The recent proposal by Vermont Huts Association and Moosalamoo Association to construct a hut next to Silver Lake in the Moosalamoo National Recreation and Education Area in Leicester reveals numerous problems with the USDA/Forest Service’s management of the Green Mountain National Forest. Pitched as connecting trails and establishing a series of huts for the benefit of backcountry recreationists and people who may not otherwise be able to access the national forest, the proposal does not withstand scrutiny.
The Green Mountain National Forest is responding to a proposal by Vermont Huts Association and Moosalamoo Association to amend their permit for the Chittenden Brook Hut, located more than 15 miles away and in a different management area than Silver Lake. The Chittenden Brook Hut went through a process established by the National Environmental Policy Act called environmental assessment as part of the Robinson Integrated Resource Plan. Nobody commented in opposition.
By attempting to amend an existing permit, the applicants and the Green Mountain National Forest are engaged in a scoping process that considers the Silver Lake proposal to be categorically excluded from requiring an environmental assessment, which means there is no public process beyond the 45-day comment period that ended July 11.
In addition, the Green Mountain National Forest is using categorical exclusions for several related projects — upgrade to parking area, new trail, upgrades to Silver Lake campground — that eliminate the environmental assessment public process and fail to consider cumulative impacts.
Categorical exclusion, the lowest level of National Environmental Policy Act analysis, is appropriate for a number of listed items, including reconstruction of existing huts. New huts are not considered in the U.S. Forest Service guidance for categorical exclusions. The Green Mountain National Forest has so far found that no extraordinary circumstances exist that would require an environmental assessment, though four of the seven items the forest service identifies as “extraordinary circumstances” exist in the Silver Lake area.
Public engagement in forest service planning is extremely challenging, as there are numerous documents to review and a complex set of policies to consider. The only public forum held for the Silver Lake “hut” proposal was sponsored by the proponents, during which the majority of people present — who use and enjoy Silver Lake — spoke in opposition.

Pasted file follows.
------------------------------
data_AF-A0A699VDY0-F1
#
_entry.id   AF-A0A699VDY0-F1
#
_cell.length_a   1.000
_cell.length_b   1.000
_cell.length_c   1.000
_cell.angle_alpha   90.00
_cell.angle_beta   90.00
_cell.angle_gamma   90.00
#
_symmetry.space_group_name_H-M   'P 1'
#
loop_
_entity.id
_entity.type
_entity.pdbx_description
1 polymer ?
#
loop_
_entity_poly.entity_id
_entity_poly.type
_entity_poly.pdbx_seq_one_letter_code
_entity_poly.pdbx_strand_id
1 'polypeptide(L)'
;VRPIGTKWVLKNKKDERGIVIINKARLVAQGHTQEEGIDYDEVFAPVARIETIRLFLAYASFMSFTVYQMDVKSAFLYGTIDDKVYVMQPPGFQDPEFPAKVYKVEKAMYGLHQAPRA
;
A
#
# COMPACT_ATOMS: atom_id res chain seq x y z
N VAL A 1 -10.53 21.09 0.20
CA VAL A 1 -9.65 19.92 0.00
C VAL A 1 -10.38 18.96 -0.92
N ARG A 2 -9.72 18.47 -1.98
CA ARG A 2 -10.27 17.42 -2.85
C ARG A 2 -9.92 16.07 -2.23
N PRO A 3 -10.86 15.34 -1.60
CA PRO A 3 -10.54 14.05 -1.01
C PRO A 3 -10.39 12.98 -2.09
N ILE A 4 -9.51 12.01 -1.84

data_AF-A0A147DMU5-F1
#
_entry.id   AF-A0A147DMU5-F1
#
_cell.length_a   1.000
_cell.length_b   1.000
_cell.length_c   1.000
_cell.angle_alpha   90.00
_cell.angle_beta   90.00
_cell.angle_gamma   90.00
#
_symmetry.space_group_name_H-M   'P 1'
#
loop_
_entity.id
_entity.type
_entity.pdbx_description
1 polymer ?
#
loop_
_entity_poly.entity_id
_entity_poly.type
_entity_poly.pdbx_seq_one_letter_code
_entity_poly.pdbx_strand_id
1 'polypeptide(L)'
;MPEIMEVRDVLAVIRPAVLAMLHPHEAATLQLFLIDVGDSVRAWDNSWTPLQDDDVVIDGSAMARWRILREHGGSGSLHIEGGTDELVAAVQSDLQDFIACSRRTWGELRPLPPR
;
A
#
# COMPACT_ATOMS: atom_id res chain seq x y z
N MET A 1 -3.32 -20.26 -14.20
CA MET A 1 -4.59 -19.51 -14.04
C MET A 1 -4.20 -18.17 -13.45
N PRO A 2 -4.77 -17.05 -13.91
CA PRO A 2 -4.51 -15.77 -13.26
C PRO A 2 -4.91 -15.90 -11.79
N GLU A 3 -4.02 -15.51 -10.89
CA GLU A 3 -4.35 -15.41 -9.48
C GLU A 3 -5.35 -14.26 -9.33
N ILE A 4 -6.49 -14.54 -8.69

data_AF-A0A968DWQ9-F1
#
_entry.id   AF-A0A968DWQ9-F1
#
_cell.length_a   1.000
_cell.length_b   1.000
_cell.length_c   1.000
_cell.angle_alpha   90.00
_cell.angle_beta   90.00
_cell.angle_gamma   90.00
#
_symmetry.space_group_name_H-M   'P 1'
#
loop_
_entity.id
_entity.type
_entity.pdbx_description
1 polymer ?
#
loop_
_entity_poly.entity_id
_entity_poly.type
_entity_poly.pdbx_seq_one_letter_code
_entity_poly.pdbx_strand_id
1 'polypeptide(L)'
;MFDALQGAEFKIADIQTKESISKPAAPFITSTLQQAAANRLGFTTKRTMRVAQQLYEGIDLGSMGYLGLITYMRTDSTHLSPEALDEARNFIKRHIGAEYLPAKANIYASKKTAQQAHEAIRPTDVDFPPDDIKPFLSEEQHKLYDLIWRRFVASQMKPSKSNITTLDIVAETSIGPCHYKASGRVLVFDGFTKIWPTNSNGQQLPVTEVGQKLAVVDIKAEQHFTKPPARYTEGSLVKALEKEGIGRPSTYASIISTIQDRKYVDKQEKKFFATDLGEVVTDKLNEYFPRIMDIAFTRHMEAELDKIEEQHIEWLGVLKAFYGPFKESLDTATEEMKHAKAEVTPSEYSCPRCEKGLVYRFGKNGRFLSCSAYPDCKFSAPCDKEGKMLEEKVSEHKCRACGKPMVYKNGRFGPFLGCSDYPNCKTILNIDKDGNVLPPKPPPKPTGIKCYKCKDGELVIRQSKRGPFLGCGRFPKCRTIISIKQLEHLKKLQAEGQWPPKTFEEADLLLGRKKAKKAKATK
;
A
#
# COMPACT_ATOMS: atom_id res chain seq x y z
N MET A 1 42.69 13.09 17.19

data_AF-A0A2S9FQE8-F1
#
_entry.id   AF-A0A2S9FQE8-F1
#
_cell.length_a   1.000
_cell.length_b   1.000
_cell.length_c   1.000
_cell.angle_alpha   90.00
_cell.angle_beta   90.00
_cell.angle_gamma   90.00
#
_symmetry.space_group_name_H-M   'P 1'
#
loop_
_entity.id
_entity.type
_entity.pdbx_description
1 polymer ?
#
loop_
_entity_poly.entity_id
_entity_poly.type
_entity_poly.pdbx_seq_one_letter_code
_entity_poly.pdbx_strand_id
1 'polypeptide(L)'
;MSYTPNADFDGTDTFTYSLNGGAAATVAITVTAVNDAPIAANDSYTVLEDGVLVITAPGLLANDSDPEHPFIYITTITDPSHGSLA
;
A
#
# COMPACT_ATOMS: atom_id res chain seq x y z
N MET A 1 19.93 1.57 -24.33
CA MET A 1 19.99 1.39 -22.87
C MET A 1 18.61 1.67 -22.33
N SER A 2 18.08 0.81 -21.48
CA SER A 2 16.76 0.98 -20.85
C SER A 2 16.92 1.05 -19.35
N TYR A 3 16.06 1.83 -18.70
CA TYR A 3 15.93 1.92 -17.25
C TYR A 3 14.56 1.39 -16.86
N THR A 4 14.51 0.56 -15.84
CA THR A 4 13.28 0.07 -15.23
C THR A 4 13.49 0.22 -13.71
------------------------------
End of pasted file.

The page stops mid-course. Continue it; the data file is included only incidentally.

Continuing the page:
The more people who have learned about the proposal and the process (or lack thereof), the more it has become clear that something is seriously wrong with how the Green Mountain National Forest is being managed. This is in part due to the failure of the U.S. Forest Service to update the Green Mountain National Forest plan, which should be done every 15 years and was last done in 2006, 16 years ago. Green Mountain National Forest staff have said recently that a plan update is expected in 2030 and there is no funding to do a new plan now.
The 2006 Forest Plan does not mention a network of 30 to 45 huts or the Velomont Bike Trail that are being developed without amending the plan to consider public input.
Outside of any established forest service process, the Green Mountain National Forest has allowed the Vermont Huts Association to rent the Chittenden Brook Hut to its members for a week before the general public can make a reservation, and members get a 15% discount. There is no precedent for this practice, as the forest service handbook requires reservations to go through recreation.gov. Some reservations on public lands, such as ski areas and Appalachian Mountain Club trails, are done through a “hotel” program distinctly different from an unattended “hut,” as they provide services and amenities not offered by the Vermont Huts Association.
The huts association’s application for an amendment to enable the Silver Lake Hut was not provided to the public by the forest service and was only received upon request of one citizen on the day of the deadline for submitting comments. In it, Vermont Huts Association says, “The total cost of the hut is approximately $290,000.” The cost is a head-scratcher, considering the Chittenden Brook Hut was reported to cost about $70,000.
“The U.S. Forest Service is privatizing our Green Mountain National Forest for the benefit of private interests,” says Michael Kellett of Restore the North Woods. “The proposed construction of a Silver Lake ‘Hut’ is another example of this privatization, along with the Deerfield Wind industrial energy development, the privately controlled Chittenden Brook ‘Hut,’ and numerous logging projects that make money for private industry while devastating our forests. “The forest service is approving these sweetheart deals, despite the fact that they were not included in the obsolete 2006 forest plan, no valid environmental analysis has been done, and they are opposed by the public.”
More than 200 people, many of whom use and enjoy Silver Lake, commented in opposition to the proposal to construct a 25-foot-tall residential lodging facility heated by propane with indoor lighting. Proponents mostly commented using a form letter and demonstrate no direct connection or use of Silver Lake.
Vermonters for a Clean Environment’s comments were filed on behalf of our members who use and enjoy Silver Lake. It’s the only organization to sue the USDA/USFS in the last 25 years over inappropriate management of the Green Mountain National Forest. It is time for the forest service to start listening to the public and do what’s right for Vermont’s people and forests.
Annette Smith, Danby,
executive director of Vermonters for a Clean Environment.